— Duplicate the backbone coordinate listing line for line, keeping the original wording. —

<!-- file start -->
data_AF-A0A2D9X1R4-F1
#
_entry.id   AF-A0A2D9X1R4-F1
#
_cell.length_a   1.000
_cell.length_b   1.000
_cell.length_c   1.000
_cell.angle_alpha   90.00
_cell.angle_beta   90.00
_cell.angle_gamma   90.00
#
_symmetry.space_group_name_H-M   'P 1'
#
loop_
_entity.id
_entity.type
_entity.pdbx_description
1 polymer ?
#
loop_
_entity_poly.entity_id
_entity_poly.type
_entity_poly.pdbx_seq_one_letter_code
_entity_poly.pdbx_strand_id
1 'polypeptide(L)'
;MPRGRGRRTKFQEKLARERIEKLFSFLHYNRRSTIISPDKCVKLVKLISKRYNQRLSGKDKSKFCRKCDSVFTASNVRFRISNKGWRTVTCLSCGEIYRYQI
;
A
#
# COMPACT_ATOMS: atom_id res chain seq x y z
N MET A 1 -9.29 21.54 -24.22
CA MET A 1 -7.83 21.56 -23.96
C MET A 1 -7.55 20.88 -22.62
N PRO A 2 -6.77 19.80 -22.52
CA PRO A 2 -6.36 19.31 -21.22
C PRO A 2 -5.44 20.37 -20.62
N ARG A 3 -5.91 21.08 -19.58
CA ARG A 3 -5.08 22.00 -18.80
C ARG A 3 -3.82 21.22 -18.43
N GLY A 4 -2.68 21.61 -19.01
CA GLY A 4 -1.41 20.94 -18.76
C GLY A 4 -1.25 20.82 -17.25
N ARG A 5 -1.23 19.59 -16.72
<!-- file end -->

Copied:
data_AF-A0A2D9X1R4-F1
#
_entry.id   AF-A0A2D9X1R4-F1
#
_cell.length_a   1.000
_cell.length_b   1.000
_cell.length_c   1.000
_cell.angle_alpha   90.00
_cell.angle_beta   90.00
_cell.angle_gamma   90.00
#
_symmetry.space_group_name_H-M   'P 1'
#
loop_
_entity.id
_entity.type
_entity.pdbx_description
1 polymer ?
#
loop_
_entity_poly.entity_id
_entity_poly.type
_entity_poly.pdbx_seq_one_letter_code
_entity_poly.pdbx_strand_id
1 'polypeptide(L)'
;MPRGRGRRTKFQEKLARERIEKLFSFLHYNRRSTIISPDKCVKLVKLISKRYNQRLSGKDKSKFCRKCDSVFTASNVRFRISNKGWRTVTCLSCGEIYRYQI
;
A
#
# COMPACT_ATOMS: atom_id res chain seq x y z
N MET A 1 -9.29 21.54 -24.22
CA MET A 1 -7.83 21.56 -23.96
C MET A 1 -7.55 20.88 -22.62
N PRO A 2 -6.77 19.80 -22.52
CA PRO A 2 -6.36 19.31 -21.22
C PRO A 2 -5.44 20.37 -20.62
N ARG A 3 -5.91 21.08 -19.58
CA ARG A 3 -5.08 22.00 -18.80
C ARG A 3 -3.82 21.22 -18.43
N GLY A 4 -2.68 21.61 -19.01
CA GLY A 4 -1.41 20.94 -18.76
C GLY A 4 -1.25 20.82 -17.25
N ARG A 5 -1.23 19.59 -16.72